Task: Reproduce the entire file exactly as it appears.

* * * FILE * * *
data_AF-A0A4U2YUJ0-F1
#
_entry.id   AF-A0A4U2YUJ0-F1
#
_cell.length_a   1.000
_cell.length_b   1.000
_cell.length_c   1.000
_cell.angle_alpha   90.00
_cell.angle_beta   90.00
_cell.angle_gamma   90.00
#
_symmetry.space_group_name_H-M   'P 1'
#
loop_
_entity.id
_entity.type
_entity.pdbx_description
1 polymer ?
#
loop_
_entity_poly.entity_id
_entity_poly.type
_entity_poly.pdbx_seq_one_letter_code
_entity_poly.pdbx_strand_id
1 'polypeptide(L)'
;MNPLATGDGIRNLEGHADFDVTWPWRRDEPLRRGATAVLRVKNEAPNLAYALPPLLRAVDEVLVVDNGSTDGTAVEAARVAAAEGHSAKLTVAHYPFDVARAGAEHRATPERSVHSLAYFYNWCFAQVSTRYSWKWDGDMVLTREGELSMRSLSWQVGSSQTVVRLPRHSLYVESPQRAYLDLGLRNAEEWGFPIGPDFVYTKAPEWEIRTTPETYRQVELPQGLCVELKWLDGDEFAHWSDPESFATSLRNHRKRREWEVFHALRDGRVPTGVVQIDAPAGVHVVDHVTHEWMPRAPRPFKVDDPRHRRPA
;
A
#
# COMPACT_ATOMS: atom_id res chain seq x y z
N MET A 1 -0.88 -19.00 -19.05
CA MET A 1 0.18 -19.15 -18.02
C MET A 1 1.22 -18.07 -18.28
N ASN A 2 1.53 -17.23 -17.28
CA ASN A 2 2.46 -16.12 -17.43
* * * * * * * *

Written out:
data_AF-A0A4U2YUJ0-F1
#
_entry.id   AF-A0A4U2YUJ0-F1
#
_cell.length_a   1.000
_cell.length_b   1.000
_cell.length_c   1.000
_cell.angle_alpha   90.00
_cell.angle_beta   90.00
_cell.angle_gamma   90.00
#
_symmetry.space_group_name_H-M   'P 1'
#
loop_
_entity.id
_entity.type
_entity.pdbx_description
1 polymer ?
#
loop_
_entity_poly.entity_id
_entity_poly.type
_entity_poly.pdbx_seq_one_letter_code
_entity_poly.pdbx_strand_id
1 'polypeptide(L)'
;MNPLATGDGIRNLEGHADFDVTWPWRRDEPLRRGATAVLRVKNEAPNLAYALPPLLRAVDEVLVVDNGSTDGTAVEAARVAAAEGHSAKLTVAHYPFDVARAGAEHRATPERSVHSLAYFYNWCFAQVSTRYSWKWDGDMVLTREGELSMRSLSWQVGSSQTVVRLPRHSLYVESPQRAYLDLGLRNAEEWGFPIGPDFVYTKAPEWEIRTTPETYRQVELPQGLCVELKWLDGDEFAHWSDPESFATSLRNHRKRREWEVFHALRDGRVPTGVVQIDAPAGVHVVDHVTHEWMPRAPRPFKVDDPRHRRPA
;
A
#
# COMPACT_ATOMS: atom_id res chain seq x y z
N MET A 1 -0.88 -19.00 -19.05
CA MET A 1 0.18 -19.15 -18.02
C MET A 1 1.22 -18.07 -18.28
N ASN A 2 1.53 -17.23 -17.28
CA ASN A 2 2.46 -16.12 -17.43